The decision concerning the Platinum Lounge on Bridge Street Row was made at a Cheshire West and Chester Council licensing committee hearing held at HQ today (Tuesday, September 17).

Following the announcement, a CWaC spokesman said: “We have rejected the application for a renewal of the licence on the grounds the area has become far more residential than it was when the licence was first issued.

“Regulations consider such premises to be acceptable only within largely commercial areas.

“But the area in question has seen a lot of commercial properties being turned into homes and consequently it is now more residential.”

The spokesman explained such premises are allowed to hold lapdancing sessions 11 times in the course of a 12 month period as long as those occasions are not consecutive.

“Therefore, the Platinum Lounge will no longer be able to operate in the way it has been doing up to now,” the spokesman added.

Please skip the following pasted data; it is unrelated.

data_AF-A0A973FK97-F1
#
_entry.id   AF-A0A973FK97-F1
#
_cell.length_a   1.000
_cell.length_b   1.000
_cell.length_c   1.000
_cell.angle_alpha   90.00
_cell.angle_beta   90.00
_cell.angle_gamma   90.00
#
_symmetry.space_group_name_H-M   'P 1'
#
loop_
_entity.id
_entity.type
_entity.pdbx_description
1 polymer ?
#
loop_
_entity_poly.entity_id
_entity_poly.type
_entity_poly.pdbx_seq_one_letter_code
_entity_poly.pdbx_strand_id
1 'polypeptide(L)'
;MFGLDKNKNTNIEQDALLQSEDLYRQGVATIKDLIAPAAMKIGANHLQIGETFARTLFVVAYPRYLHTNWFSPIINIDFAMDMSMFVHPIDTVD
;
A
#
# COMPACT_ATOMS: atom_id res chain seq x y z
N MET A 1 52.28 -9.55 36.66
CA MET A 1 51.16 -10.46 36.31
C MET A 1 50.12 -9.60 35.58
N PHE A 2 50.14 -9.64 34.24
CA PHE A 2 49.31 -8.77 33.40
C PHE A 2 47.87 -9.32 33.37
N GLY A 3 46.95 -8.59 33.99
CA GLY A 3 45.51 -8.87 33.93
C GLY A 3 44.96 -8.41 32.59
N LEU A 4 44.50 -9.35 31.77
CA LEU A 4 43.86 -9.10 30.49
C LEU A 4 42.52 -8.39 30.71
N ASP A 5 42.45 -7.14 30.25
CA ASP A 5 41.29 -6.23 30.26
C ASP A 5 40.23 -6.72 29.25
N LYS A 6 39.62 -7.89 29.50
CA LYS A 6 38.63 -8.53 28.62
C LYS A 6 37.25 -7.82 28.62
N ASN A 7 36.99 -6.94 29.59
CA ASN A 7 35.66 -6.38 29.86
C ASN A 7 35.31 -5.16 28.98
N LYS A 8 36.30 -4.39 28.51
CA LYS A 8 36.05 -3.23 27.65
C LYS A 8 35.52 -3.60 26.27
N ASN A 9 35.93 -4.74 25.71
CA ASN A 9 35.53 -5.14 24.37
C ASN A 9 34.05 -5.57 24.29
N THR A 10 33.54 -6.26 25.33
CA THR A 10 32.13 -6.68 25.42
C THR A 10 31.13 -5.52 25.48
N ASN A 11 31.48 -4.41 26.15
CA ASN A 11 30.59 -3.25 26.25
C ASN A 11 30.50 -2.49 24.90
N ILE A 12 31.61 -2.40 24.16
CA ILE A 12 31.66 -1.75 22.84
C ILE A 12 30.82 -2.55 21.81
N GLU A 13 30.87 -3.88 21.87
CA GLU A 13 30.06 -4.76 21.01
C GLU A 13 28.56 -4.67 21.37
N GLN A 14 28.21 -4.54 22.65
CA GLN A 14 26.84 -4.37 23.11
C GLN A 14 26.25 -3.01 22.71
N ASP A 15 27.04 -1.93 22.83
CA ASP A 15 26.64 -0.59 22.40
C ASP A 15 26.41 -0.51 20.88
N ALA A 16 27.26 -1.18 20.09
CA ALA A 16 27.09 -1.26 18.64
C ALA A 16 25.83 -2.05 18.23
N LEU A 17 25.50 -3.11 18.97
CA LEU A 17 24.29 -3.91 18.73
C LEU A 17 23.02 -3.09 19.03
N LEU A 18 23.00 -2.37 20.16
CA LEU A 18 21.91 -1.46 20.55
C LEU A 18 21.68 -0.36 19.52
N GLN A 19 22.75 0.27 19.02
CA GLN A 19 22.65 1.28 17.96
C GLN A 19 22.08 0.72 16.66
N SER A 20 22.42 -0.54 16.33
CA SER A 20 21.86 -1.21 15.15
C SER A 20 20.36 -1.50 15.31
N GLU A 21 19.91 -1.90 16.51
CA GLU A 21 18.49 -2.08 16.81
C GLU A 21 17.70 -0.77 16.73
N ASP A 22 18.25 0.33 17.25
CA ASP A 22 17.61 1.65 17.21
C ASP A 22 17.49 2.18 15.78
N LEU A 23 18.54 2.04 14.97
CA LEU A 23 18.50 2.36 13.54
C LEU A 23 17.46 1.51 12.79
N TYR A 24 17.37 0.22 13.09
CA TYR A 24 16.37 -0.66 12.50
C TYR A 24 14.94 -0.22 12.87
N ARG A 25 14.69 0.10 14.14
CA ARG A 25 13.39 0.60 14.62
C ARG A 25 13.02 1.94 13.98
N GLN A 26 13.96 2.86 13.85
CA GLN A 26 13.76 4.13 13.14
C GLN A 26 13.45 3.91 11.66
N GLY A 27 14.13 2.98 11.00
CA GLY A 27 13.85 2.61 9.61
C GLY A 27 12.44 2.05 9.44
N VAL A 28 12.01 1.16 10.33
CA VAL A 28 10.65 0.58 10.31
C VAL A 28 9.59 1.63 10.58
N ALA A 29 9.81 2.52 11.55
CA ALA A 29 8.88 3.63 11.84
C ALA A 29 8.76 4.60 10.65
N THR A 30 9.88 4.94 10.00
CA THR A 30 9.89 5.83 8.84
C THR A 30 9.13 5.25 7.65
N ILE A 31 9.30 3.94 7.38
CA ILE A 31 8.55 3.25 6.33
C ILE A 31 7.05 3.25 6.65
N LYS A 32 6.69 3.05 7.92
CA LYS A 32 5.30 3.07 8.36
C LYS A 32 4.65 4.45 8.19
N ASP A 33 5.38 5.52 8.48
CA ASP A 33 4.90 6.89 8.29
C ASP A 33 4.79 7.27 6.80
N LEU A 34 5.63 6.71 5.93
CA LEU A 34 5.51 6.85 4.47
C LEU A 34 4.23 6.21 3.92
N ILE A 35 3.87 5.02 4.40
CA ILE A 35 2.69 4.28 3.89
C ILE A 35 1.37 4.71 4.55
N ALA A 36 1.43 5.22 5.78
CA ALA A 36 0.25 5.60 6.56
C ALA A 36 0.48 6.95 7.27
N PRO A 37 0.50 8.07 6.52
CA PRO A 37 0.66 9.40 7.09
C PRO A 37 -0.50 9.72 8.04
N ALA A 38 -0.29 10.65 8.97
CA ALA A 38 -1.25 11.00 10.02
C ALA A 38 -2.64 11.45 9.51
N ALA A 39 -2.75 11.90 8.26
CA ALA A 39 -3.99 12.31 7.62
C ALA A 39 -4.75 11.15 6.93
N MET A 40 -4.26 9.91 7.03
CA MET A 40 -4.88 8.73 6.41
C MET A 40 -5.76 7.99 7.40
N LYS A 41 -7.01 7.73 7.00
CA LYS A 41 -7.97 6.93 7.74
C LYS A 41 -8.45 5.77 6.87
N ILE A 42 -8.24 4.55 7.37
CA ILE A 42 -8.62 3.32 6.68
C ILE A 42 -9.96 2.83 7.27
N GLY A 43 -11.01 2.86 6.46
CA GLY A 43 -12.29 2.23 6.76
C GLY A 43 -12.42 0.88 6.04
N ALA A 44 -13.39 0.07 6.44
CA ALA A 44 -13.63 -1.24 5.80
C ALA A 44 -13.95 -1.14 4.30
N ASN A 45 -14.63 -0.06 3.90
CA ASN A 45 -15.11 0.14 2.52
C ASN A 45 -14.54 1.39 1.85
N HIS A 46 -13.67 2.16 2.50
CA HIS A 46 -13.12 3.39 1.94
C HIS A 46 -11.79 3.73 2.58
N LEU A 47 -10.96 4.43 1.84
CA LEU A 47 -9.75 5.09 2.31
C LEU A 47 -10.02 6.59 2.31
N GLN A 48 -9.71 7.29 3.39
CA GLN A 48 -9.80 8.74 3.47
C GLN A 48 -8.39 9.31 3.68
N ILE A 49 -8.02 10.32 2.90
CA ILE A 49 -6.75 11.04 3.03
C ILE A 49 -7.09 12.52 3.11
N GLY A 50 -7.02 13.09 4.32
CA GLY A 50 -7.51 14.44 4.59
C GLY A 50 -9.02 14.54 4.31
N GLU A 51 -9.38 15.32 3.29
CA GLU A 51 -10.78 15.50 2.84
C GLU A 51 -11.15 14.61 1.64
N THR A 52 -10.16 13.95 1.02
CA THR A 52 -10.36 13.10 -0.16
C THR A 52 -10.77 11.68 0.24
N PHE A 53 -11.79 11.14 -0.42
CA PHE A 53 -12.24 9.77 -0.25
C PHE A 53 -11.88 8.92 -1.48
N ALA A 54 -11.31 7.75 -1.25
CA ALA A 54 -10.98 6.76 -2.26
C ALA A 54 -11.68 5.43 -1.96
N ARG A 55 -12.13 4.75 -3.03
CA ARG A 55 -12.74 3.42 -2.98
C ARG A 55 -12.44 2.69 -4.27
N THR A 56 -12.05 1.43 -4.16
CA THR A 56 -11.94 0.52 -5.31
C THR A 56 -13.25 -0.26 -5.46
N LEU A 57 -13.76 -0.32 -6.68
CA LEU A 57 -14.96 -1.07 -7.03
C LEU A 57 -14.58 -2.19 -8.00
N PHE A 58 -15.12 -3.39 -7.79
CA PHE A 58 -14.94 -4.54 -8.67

The Platinum Lounge has yet to comment on the decision. If the club decides to appeal, this will have to be done via a judicial review.

One of the main voices of opposition to the renewal was Labour Cllr Samantha Dixon.

In a statement to the committee, she said: “This area is becoming increasingly residential and residents and others have already described to me problems relating to these premises which damage the character of the area.

“Furthermore, I believe it is inappropriate for a sex entertainment venue to be located on the city’s historic Rows which are an important heritage asset for Chester.”

However, not all residents were opposed to the lapdancing venue being allowed to renew its licence.

Mark Lane of Watergate Street wrote in support of the club: “I have to say this venue has zero negative impact on the street.

“If Chester is to attract business people and tourism, it must have a diverse offering.”

As part of their application for renewal, the Platinum Lounge owners pointed out it has been operating since November 2005 and gives regular employment to about 40 people.

The entertainment being applied for was listed as “lap dancing, pole dancing, full nudity”.

The Platinum Lounge was set up in 2005 on Bridge Street Row in the premises previously occupied by the On The Air broadcasting museum.